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Obscenity charges for Randy Driver

13 Sep

In a case just itching for a first amendment defense, Brian Wutschke has been charged for, well, I will just let you read it.  I suppose the question is whether sucking on a piece of plastic can be considered: “open or gross lewdness or lascivious behavior, or any public indecency.”  This humble author would guess we will never find out, because when the poor guy’s attorney tells him he really thinks they should fight the case, the lawyer will be met with a stare of disbelief. Perhaps the most unsettling portion of the story is that as I write, an adult pleasure aid is slowly vibrating itself to quite demise at the SPPD.   Seriously can someone suck it up and go turn that thing off…

Dead Mom’s Family Members Lawyer Up.

24 Jul

According to a July 16 story in the Pioneer Press, the survivors of Toni Medrano have hired an attorney to negotiate some sort of settlement or initiate a lawsuit with television network CNN and commentator Nancy Grace. The PiPress reported that Medrano allegedly drank a fifth of vodka before falling asleep and smothering her baby in November 2011. Medrano was subsequently charged with two counts of second-degree manslaughter. On a segment of the “Nancy Grace” television show on June 11, 2012, Medrano was ridiculed and dubbed “the vodka mom,” and on July 2, Medrano reportedly poured a flammable liquid over herself and lighted it, and later died of her injuries. Medrano’s family apparently blames Nancy Grace and CNN for Medrano’s death and hopes to be compensated by the network.

 

 

 

 

 

Britain’s High Court Blocks Extradition of Alleged Minnesota Sex Offender

29 Jun

The British High Court decided that Minnesota’s  Sex Offender Treatment Program threatened Shawn Sullivan’s Human rights stating:

there is a real risk that if extradited the appellant might be subject to an order for civil commitment within Minnesota and that that amounts to a risk that he would suffer a flagrant denial of his rights enshrined in Art. 5.1 (of the European Convention on Human Rights).

Basically, the Court (Do you capitalize British High Courts? I hope so!) stated that civil commitment to prevent possible future criminal conduct is wicked messed up.  As a side note, the opinion writing judge is named Lord Justice Moses, which is now my favorite curse/interjection. Maybe if Tim Pawlenty hadn’t taken away the sex offender’s TVs, the Minnesota taxpayer could pay to indefinitely lock up this guy… Lord Justice Moses, that would be sweet.

Afton Limits Political Speech, No One Seems to Care

24 Jun

In a nod to Minnesota Nice, Afton has imposed a regulation limiting political parade groups to 15-persons.  While the regulation has no enforcement mechanism, it does seem to limit political speech. In a noble skirting of  the issue Betty McCullom’s office stated “We just abide by whatever the regulations are.  We just want to cooperate with whatever the community sets forth, so no, it’s not a problem.” Which I believe is a paraphrase of “I disapprove of what you say, but I will defend to the death your right to say it.”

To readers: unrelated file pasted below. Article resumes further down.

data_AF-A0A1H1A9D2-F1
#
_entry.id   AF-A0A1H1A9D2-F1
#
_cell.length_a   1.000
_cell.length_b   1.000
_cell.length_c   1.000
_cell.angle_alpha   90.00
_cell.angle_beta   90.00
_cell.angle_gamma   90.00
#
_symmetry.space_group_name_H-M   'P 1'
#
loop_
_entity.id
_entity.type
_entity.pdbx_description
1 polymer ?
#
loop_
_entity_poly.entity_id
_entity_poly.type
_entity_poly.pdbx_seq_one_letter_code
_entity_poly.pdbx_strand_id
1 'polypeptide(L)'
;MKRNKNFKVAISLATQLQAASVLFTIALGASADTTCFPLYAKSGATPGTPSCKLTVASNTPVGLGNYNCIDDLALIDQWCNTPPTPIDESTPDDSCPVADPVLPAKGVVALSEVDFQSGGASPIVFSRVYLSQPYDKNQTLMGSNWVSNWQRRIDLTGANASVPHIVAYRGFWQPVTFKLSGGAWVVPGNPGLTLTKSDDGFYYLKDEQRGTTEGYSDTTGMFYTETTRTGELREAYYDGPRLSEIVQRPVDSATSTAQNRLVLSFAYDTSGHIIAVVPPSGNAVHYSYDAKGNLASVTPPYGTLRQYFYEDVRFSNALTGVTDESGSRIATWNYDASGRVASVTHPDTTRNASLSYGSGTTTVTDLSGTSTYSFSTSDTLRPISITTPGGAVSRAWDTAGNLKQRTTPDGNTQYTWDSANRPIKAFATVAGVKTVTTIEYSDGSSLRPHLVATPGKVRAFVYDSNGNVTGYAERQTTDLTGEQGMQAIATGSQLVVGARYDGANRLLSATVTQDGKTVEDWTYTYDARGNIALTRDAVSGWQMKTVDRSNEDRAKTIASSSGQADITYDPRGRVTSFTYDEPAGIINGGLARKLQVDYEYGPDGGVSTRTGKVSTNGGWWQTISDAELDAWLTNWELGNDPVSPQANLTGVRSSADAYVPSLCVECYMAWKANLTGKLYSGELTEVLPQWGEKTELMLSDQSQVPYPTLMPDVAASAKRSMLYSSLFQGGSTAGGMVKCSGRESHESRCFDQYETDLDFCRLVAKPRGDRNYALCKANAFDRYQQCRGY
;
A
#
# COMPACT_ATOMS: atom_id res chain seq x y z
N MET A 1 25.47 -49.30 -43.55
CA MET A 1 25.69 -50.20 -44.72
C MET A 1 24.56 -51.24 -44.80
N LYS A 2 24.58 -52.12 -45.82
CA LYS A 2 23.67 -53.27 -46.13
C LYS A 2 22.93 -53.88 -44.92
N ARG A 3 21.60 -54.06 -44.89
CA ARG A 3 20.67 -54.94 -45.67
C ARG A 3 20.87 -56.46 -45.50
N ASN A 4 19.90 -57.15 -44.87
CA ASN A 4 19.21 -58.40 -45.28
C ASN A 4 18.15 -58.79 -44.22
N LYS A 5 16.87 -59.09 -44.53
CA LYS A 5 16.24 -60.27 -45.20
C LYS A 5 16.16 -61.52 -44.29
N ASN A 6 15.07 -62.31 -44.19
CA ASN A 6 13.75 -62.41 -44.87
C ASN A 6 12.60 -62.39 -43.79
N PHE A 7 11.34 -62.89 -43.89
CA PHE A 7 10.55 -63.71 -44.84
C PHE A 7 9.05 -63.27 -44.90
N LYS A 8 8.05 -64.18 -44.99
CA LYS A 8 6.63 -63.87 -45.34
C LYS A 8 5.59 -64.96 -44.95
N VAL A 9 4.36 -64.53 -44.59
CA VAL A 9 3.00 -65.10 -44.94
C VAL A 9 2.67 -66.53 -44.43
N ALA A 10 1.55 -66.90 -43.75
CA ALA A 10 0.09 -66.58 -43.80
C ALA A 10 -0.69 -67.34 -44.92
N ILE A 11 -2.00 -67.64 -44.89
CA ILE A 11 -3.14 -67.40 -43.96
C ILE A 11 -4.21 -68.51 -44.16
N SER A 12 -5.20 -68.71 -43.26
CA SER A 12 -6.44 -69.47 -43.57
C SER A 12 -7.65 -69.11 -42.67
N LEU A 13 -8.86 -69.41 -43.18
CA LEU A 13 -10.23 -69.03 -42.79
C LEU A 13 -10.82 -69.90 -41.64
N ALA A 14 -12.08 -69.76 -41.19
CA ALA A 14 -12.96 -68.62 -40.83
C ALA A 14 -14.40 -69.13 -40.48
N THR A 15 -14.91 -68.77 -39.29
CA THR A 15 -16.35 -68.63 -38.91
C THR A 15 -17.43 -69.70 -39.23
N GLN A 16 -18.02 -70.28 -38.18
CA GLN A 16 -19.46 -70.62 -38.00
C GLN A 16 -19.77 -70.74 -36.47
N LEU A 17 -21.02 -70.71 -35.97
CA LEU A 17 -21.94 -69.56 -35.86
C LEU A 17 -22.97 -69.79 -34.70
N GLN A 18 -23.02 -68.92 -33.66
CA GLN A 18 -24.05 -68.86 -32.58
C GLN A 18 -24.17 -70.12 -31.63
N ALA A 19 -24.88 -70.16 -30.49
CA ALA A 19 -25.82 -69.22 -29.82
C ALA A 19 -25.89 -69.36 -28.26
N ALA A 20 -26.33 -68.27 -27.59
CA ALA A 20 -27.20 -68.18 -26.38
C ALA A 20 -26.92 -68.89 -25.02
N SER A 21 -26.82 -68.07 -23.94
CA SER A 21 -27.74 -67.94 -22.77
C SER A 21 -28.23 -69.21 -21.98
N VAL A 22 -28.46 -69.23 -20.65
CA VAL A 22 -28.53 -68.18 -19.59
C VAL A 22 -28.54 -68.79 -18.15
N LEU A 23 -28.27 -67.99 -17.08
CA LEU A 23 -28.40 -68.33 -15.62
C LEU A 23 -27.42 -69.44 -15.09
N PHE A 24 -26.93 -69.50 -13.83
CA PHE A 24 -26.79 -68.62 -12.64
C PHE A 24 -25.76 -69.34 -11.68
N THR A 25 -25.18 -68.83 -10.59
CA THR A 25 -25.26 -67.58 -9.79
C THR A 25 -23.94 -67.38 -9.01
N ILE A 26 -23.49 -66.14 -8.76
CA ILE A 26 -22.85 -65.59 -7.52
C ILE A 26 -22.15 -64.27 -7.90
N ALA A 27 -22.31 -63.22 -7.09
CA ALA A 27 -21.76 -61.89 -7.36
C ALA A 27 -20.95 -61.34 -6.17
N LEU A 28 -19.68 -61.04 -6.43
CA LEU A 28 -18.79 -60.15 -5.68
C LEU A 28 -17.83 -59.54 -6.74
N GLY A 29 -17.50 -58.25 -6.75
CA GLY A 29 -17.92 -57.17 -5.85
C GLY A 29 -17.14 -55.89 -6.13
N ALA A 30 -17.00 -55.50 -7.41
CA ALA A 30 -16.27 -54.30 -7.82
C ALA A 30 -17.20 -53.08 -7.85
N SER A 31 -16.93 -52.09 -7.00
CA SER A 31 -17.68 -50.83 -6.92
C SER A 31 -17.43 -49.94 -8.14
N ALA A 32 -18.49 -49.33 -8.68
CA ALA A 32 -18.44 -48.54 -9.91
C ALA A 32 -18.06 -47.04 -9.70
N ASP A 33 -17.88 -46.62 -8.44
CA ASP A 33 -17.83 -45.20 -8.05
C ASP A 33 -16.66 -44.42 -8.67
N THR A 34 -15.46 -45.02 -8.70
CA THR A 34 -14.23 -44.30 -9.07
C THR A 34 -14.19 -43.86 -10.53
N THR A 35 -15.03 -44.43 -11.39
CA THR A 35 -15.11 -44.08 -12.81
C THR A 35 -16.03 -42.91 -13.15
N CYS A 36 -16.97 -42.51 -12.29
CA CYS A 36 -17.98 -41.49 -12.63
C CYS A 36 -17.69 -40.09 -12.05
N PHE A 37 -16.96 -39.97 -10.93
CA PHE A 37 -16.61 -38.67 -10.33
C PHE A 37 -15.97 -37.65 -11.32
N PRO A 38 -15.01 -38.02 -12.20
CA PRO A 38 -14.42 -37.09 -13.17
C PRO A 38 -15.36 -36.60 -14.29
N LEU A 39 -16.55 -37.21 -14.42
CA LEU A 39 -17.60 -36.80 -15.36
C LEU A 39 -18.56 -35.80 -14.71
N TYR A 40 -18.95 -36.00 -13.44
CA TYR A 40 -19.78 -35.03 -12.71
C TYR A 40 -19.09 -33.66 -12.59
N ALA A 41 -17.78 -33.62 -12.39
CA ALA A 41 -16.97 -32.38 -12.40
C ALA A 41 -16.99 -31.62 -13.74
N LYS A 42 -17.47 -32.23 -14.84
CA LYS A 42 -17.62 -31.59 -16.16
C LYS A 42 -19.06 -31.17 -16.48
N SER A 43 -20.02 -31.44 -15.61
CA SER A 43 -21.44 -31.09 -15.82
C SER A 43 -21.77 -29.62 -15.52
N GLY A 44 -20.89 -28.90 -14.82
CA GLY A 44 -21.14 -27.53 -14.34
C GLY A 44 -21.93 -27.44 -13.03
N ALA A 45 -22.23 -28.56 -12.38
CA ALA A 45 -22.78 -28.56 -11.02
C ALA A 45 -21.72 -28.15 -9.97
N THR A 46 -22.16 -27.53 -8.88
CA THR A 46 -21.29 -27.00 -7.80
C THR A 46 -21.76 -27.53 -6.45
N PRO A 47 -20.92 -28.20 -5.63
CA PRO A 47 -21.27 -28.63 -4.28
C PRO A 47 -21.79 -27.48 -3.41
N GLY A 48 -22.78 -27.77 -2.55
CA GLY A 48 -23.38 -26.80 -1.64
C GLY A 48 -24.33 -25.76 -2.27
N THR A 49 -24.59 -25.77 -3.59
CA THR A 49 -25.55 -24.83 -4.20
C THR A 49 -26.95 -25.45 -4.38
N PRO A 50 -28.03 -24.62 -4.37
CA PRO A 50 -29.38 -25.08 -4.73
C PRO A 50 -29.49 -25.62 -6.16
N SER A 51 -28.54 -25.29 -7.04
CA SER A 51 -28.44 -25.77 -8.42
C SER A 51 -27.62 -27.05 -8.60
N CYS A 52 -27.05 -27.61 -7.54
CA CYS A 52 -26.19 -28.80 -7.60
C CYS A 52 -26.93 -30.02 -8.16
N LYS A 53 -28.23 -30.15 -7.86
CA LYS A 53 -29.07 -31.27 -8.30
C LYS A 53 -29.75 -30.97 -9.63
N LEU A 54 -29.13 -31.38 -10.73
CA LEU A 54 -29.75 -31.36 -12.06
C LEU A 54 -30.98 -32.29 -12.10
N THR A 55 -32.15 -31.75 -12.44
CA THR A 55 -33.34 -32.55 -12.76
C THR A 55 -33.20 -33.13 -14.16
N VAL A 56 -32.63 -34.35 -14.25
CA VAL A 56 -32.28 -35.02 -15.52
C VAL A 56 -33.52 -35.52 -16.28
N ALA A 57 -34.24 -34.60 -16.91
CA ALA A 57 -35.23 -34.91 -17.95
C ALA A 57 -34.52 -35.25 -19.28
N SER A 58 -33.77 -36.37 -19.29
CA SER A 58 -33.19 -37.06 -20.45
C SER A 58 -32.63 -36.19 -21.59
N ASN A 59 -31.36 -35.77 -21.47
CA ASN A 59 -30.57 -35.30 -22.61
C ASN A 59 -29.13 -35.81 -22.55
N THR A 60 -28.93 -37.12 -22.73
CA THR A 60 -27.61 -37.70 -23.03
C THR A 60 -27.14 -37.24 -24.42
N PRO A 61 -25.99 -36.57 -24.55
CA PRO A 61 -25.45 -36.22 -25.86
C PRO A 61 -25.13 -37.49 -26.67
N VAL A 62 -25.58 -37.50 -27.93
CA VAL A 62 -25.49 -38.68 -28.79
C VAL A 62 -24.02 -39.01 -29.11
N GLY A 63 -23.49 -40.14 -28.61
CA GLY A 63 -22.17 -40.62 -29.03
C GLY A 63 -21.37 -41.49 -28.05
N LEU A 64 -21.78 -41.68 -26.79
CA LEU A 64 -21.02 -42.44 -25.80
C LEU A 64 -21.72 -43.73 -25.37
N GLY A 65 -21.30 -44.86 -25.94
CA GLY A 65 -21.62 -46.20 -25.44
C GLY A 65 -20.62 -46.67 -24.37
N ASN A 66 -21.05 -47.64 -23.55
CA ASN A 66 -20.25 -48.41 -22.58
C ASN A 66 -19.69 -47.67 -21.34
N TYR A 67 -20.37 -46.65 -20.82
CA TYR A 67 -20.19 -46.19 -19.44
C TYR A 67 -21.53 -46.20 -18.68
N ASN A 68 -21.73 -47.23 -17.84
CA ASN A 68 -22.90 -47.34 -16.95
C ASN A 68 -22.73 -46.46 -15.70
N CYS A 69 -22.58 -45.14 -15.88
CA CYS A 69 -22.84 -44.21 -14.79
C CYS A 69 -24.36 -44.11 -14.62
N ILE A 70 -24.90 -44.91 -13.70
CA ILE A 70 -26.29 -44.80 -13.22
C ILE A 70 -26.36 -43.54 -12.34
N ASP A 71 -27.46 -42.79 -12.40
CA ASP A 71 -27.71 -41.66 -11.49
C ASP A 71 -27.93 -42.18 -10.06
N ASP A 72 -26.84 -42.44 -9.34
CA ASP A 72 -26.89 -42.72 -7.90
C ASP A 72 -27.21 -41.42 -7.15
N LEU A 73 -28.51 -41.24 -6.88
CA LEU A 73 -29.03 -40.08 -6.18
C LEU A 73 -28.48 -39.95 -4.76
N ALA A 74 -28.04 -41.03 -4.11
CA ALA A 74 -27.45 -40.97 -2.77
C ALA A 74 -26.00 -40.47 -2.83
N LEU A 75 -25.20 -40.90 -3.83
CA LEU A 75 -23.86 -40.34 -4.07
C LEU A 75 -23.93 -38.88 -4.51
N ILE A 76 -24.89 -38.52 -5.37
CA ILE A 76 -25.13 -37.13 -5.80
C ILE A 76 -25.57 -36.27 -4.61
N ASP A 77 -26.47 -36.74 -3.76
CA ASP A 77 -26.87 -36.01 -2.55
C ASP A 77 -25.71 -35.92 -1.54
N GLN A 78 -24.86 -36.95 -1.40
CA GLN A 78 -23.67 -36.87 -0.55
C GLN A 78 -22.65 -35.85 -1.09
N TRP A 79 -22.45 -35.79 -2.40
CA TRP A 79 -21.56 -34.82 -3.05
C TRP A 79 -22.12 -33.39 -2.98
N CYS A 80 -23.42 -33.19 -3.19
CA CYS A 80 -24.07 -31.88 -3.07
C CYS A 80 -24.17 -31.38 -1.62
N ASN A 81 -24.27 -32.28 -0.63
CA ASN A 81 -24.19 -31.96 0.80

Minnesota GOP

24 Apr

In a story that has interesting intersections in Free Speech, Free Practice of Religion, and Free for Alls,  the Minnesota GOP is in a showdown with the College Republicans in St. Cloud. The College Republicans have invited “a self-style hard rock pastor who has been ardent in his opposition of homosexuality.”  He is probably best known for his prayer in the Minnesota house that was widely derided as offensive, both for its content and because of its orator:

The issue captures the difficulty the GOP is having in posturing for November elections and ballot measures.

Speedy links for Monday:

24 Apr

Here’s a few tidbits in the news that are at lest tangentially related to free speech issues:

Some interesting reporting in the Duluth News Tribune about city and county pension plans, information about which was presumably obtained through the Minnesota Data Practices Act. It’s nice to see this kind of information being uncovered (not by the paper, but by the Illinois-based Taxpayers United of America), but proponents of the public pension plan seem to think that the TUoA didn’t provide a particularly comprehensive report. Of course, we here at the Void don’t care about things like entitlement reform or taxes (blech), we just thought the transparency brought to bear on the Public Employees Retirement Association of Minnesota is worth commenting on…

The Strib, the PiPress and MPR all reported on the decision by a federal administrative law judge that a local Jimmy John’s franchisee violated the labor rights of six former employees when it fired them for hanging up posters  near Jimmy John’s  restaurants protesting the restaurants’ sick leave policy. I couldn’t find a written version of Judge Arthur Amchan, but according to the Strib, Amchan “ruled that the posters were protected speech under the National Labor Relations Act.” Again, no position on the labor issues, but the term “protected speech” (which as far as I know is solely Mike Hughlett‘s term, not necessarily Judge Amchan’s) is interesting to see in the context of the non-government employer-employee relationship.

***Update on 4-26-12*** The excellent Minnesota Employer blog, written by attorneys from the Minneapolis law firm Briggs and Morgan, has some additional – not necessarily objective – commentary on the case, and kindly included a link to the decision. Go educate yourself.

Rave on….

New Felony

19 Apr

Governor Dayton Signed a new Felony statute into law yesterday making neglect of a vulnerable adult which causes substantial bodily harm a felony. Greatly expands possible criminal liability for caring for the elderly.